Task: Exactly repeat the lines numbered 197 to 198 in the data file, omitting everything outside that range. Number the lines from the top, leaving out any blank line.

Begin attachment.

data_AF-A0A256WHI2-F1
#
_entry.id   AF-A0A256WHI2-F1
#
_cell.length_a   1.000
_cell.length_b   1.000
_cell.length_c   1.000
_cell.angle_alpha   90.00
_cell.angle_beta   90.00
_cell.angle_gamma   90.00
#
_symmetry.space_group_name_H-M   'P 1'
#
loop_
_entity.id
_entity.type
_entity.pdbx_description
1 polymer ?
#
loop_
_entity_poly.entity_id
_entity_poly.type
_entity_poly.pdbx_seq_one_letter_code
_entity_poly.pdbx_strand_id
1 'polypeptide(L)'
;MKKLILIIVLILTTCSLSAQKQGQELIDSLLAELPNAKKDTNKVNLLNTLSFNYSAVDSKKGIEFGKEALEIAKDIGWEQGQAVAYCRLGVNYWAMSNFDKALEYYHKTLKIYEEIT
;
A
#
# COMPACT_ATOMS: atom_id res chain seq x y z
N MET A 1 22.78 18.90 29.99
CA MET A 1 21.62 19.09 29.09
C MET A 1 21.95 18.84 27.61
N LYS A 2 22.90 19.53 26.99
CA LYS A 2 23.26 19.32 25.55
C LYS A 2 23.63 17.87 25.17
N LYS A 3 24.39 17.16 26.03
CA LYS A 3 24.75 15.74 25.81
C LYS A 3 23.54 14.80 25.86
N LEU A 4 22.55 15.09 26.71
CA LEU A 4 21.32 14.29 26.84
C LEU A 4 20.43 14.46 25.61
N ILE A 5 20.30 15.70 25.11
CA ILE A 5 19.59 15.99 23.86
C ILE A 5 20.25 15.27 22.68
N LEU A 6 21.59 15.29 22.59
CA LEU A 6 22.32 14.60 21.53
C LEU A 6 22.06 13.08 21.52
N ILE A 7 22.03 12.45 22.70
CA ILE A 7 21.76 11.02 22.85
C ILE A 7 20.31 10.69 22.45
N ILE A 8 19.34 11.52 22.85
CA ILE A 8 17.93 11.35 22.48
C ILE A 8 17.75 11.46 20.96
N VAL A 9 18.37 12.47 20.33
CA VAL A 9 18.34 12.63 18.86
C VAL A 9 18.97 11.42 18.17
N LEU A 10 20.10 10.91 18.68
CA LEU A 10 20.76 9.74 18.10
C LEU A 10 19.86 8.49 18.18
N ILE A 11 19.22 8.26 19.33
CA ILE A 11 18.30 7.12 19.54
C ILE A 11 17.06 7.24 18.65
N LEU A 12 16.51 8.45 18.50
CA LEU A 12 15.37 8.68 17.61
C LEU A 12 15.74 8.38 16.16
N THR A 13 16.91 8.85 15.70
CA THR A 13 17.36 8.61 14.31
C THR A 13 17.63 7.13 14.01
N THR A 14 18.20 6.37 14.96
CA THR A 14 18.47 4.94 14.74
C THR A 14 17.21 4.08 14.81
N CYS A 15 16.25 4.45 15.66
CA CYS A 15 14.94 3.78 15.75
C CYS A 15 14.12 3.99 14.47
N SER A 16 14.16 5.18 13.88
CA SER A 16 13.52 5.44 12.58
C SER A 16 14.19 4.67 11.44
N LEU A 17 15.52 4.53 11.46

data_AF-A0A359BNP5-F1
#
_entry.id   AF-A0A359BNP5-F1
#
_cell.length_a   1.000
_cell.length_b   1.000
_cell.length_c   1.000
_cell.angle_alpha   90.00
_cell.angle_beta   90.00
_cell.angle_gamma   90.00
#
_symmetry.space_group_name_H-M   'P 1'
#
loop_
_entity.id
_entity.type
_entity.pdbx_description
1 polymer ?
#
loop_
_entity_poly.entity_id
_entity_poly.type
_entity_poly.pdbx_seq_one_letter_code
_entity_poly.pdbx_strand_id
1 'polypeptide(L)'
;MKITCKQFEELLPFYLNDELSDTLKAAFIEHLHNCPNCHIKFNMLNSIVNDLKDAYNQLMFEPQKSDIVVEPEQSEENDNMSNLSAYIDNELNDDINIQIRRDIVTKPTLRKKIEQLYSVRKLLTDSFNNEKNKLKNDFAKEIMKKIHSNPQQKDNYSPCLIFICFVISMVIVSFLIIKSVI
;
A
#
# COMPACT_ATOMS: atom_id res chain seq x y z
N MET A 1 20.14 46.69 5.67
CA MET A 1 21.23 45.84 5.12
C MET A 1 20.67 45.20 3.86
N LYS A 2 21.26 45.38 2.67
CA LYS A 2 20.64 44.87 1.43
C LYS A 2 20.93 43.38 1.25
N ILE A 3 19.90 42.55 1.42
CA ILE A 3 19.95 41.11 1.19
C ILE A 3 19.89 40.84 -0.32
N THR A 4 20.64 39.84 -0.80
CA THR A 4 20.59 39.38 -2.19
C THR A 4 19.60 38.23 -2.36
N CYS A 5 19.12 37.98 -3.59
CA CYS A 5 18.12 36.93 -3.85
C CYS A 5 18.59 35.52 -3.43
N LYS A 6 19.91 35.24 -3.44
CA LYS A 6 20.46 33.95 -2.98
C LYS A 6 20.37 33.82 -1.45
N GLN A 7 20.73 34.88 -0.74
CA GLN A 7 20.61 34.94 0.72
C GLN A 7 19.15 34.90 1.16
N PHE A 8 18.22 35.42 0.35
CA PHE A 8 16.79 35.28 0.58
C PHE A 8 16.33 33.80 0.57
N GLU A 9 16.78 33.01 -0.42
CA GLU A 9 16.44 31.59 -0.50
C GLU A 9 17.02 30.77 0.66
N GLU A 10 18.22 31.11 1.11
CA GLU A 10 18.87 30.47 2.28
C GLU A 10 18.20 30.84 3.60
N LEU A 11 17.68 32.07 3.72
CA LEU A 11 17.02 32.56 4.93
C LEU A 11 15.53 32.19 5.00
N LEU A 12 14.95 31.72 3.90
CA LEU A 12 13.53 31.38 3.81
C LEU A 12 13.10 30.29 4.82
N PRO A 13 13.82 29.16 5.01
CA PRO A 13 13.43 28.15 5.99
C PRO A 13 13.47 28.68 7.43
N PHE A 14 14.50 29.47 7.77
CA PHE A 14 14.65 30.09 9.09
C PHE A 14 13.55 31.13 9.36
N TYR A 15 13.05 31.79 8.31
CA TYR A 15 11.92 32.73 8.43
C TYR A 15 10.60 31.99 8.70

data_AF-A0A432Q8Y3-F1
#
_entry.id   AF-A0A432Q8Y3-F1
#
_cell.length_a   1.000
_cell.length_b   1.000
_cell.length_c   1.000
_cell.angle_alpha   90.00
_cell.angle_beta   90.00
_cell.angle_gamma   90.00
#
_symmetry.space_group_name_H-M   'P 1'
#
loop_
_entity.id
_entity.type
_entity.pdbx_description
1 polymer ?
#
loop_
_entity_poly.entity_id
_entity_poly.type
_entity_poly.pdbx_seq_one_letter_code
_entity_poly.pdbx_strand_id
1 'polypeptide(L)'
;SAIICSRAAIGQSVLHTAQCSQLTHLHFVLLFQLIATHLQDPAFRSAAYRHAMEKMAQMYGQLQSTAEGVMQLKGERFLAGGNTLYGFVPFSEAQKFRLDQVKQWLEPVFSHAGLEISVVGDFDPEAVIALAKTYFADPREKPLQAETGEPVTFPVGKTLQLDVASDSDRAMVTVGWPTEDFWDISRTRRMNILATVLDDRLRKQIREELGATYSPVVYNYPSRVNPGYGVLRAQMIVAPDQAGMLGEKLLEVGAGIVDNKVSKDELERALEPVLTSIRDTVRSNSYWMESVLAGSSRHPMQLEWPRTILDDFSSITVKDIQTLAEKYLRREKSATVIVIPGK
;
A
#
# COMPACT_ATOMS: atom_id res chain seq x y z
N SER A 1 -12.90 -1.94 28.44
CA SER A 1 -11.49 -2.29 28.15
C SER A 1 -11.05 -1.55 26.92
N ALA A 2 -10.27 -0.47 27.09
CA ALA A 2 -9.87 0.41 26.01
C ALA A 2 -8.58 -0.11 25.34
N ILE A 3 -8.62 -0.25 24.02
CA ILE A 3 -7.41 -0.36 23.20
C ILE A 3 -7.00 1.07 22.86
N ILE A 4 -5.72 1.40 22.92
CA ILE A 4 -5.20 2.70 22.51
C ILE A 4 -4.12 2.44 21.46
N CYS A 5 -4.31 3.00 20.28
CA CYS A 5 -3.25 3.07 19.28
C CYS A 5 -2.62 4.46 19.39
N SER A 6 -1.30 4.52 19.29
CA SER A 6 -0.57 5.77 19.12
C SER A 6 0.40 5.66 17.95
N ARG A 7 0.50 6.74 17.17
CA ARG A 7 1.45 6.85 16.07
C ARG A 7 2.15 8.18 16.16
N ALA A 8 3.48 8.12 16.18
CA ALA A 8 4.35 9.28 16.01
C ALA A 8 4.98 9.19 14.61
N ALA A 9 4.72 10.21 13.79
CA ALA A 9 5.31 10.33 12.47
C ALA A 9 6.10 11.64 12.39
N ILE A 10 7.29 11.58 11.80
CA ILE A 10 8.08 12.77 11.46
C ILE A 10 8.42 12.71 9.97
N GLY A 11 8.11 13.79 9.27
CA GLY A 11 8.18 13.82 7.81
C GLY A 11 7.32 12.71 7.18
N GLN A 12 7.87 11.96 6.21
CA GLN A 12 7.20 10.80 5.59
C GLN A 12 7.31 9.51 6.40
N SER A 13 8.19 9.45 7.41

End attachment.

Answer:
N CYS A 5 -4.31 3.00 20.28
CA CYS A 5 -3.25 3.07 19.28